Archaeology: Come for the Dig, Stay for the Puns

A few months ago, I emailed one of my lecturers and asked if I could please, since I had to do more classroom archaeology next year, despite my degree being sociology and anthropology, for complicated reasons, pretty please would they let me come on the Durotriges Big Dig, three days a week? After some discussion and my reminding them that I'm a star student, they said yes.

I thought this would be a good way to get some field work done and learn more about what I've only studied in lectures and books. Plus, I've always liked the idea of archaeology. It looks like fun.

Fun it is! This week I've met some amazing people. The Big Dig draws serious archaeologists - who all seem to be incredibly friendly, knowledgeable and kind, willing to answer questions and offer encouragement. There are also 'bucket list' people from as far away as Australia who have always wanted to channel their inner Indiana Jones and do serious supervised archaeology. One young lady got her ticket along with a little trowel for Christmas, and has been waiting for months. Some are regulars, coming along every year to dig and enthuse.

I've been informed that the tiny bones may belong
to little toads that long ago fell into the pit
we are excavating.
My ground-breaking* theory is that we have
discovered an ancient lost tribe of toad worshippers
who dug enormous pits where they buried their Tiny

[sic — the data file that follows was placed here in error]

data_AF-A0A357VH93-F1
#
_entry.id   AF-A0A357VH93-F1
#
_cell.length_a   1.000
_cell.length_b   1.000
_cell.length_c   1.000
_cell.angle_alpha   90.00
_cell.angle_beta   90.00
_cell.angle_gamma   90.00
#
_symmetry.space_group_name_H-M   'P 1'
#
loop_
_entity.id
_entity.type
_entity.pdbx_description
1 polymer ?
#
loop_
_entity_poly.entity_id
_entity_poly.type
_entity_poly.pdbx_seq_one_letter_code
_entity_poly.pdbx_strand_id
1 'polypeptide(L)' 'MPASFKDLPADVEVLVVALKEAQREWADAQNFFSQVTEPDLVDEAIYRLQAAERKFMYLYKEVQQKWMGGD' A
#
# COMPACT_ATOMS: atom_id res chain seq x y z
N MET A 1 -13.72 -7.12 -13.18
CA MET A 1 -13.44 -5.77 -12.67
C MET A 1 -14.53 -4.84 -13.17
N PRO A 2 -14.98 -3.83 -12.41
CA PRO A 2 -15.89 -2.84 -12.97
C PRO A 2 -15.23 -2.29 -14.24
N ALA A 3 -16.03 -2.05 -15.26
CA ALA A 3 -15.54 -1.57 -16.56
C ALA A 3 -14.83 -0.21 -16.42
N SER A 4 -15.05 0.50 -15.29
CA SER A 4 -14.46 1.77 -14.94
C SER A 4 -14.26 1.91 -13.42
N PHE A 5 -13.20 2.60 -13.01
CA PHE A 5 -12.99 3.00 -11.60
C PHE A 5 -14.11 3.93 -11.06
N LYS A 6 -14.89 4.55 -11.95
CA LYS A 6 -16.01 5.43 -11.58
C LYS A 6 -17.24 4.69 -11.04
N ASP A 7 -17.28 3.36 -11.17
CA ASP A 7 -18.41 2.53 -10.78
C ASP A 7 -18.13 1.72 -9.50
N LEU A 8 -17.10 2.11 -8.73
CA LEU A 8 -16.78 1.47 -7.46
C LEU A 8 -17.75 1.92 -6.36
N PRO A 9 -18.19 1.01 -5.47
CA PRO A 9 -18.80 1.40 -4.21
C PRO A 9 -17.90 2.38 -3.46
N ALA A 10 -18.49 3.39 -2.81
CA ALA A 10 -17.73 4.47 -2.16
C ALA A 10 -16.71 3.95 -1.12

Toad Gods. Look out for my upcoming
paper** on this exciting new discovery. 
Besides being great fun for geeks of all kinds, archaeology is very hard work. Crossfit has nothing on archaeology. Stooping and standing a hundred times, hoisting buckets of flint and chalk out of pits, running up the spoils heap with wheelbarrows - all in the sun and rain from 9 to 4.30 - make for a long day and an early night. You'll need sharp eyes and passion. You'll need to bring sustaining sandwiches to eat while you are collapsed in a heap during the lunch break. You'll need sturdy boots, sunblock, rain gear... and everything will be caked with chalk, or mud, or both, at the end of the day. But then you'll get seriously cool finds, which make it all worth the effort.

I thought this would be fun, and it is, but it's also been very informative. I love the way the site has been inhabited over so many thousands of years. I love the sudden silence, almost reverence, when something really good is found. Seeing the layers appear in our pit has been eye-opening for me. I thought I was doing archaeology units for kicks - but my pit in Trench F has given me a lot to think about. If you happen to be stuck for a birthday or Christmas gift, I'd definitely suggest a week on the dig. There are still tickets available, with two more weeks to go, and I've heard that Dorset residents get a discount. Probably because we've just dug up half their field.

And if anyone asks "how's it going?" the correct answer is "down!"

*Pun alert
**I am not a real archaeologist. Don't listen to me.  


Anonymous said…
Years ago my mother did this while in college. She also went to the LaBrea Tar Pits. I've never had the urge, but I do appreciate the finds!